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Province expands diabetes support for Nova Scotians

By Evan Taylor Feb 28, 2024 | 12:20 PM

Nova Scotians grappling with diabetes are on the brink of receiving a significant boost in support, with the Province unveiling plans to enhance access to vital resources for managing the condition.

The newly announced funding initiatives encompass two primary measures: the introduction of a program to cover sensor-based glucose monitoring supplies and an expansion of the Nova Scotia Insulin Pump Program. These measures are tailored to assist individuals with Type 1 and Type 2 diabetes who rely on multiple daily insulin injections or insulin pumps for their care.

Premier Tim Houston while announcing the expanded program said that an expansion like this has been on the wishlist of diabetics for years, and he was pleased to finally deliver. “I wish we could have done it years ago, or previous governments before us could have done it, but we are doing it today and it’s a good things and we are going to move forward,”.

Under the proposed program, sensor-based glucose monitoring supplies will be made available on an income-based scale, ensuring affordability for those most in need. Nova Scotians with household incomes below $60,000 annually will be exempt from deductibles, while those earning between $60,000 and $150,000 will face deductibles ranging from $500 to $1,000.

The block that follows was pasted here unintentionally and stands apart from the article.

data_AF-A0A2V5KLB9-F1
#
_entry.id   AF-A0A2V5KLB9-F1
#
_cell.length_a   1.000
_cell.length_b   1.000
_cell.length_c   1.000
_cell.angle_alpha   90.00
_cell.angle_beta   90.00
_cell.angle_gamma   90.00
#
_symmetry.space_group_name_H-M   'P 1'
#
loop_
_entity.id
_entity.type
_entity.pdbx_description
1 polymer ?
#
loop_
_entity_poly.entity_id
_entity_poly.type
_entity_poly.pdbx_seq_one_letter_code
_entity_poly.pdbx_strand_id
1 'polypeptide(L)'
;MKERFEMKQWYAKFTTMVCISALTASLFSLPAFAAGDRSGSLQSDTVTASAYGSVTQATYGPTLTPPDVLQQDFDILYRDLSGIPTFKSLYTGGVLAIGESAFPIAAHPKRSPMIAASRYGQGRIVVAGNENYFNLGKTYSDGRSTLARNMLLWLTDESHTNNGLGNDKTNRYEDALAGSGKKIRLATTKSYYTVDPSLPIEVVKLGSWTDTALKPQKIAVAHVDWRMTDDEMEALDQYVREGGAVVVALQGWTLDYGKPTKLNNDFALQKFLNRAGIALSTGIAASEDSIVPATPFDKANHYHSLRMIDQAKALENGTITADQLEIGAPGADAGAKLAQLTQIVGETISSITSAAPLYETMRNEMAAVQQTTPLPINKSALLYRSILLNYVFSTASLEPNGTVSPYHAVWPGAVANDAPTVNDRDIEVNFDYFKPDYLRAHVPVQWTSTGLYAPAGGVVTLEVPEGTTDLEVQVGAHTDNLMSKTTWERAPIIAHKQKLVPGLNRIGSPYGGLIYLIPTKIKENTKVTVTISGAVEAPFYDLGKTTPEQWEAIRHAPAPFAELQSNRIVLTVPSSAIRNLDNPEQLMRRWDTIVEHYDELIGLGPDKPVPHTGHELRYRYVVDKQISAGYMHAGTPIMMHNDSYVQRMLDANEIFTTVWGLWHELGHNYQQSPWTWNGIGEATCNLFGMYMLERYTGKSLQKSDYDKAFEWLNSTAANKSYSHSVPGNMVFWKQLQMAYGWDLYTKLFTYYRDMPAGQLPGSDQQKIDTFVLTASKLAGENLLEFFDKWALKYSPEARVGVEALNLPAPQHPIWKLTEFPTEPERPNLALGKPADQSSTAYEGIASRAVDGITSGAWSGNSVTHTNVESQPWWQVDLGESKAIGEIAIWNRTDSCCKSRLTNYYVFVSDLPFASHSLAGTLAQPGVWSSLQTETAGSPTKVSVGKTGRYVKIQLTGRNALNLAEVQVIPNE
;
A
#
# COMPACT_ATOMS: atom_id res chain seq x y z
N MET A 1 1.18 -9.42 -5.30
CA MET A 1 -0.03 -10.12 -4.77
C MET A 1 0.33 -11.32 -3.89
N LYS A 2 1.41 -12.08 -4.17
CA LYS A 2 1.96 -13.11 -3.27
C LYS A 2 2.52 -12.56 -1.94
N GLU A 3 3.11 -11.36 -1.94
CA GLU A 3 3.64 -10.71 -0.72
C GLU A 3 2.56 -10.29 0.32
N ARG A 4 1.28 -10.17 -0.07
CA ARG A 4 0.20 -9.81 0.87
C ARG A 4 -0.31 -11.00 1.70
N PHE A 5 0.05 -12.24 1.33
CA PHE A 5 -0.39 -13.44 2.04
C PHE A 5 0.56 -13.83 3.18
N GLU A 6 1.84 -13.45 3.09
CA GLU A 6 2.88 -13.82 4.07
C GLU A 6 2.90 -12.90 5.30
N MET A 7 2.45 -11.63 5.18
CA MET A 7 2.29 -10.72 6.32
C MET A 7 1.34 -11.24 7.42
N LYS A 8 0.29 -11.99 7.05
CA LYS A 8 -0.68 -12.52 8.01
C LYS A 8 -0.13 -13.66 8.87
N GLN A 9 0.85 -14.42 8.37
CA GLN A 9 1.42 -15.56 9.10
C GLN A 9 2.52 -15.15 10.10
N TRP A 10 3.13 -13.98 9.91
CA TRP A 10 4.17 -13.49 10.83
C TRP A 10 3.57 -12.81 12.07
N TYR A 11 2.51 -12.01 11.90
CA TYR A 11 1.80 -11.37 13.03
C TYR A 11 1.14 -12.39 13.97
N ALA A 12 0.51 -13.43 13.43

Simultaneously, the removal of the age cap from the Nova Scotia Insulin Pump Program marks a significant expansion in accessibility. Previously limited to residents under the age of 26, this program will now extend its coverage to individuals of all ages, facilitating access to insulin pumps and related supplies. This extension is anticipated to benefit approximately 4,000 patients and enable around 450 additional Nova Scotians to avail themselves of the program’s resources.

These initiatives are part of an investment totaling $7.2 million in Budget 2024-25, with the majority of funding, $5.9 million, allocated towards sensor-based glucose monitoring supplies.

It’s estimated that approximately 106,850 Nova Scotians live with diabetes, with a notable proportion facing the challenges of Type 1 diabetes.

Stakeholders, including Diabetes Canada and the Juvenile Diabetes Research Foundation of Canada, have welcomed these developments, emphasizing their potential to transform the lives of thousands of individuals grappling with diabetes. Jessica Diniz, President and CEO of JDRF Canada, highlighted the significance of increased access to life-saving technologies like advanced glucose monitors and insulin pumps in improving health outcomes and quality of life for those with Type 1 diabetes.

Emma Perry, a Type 1 diabetes advocate, commended the news, saying, “I am overjoyed and relieved to see that the Province of Nova Scotia will now be covering the cost of continuous glucose monitors and removing the age cap from insulin pump coverage. This is life-changing for me and for all Nova Scotians living with Type 1 diabetes,” .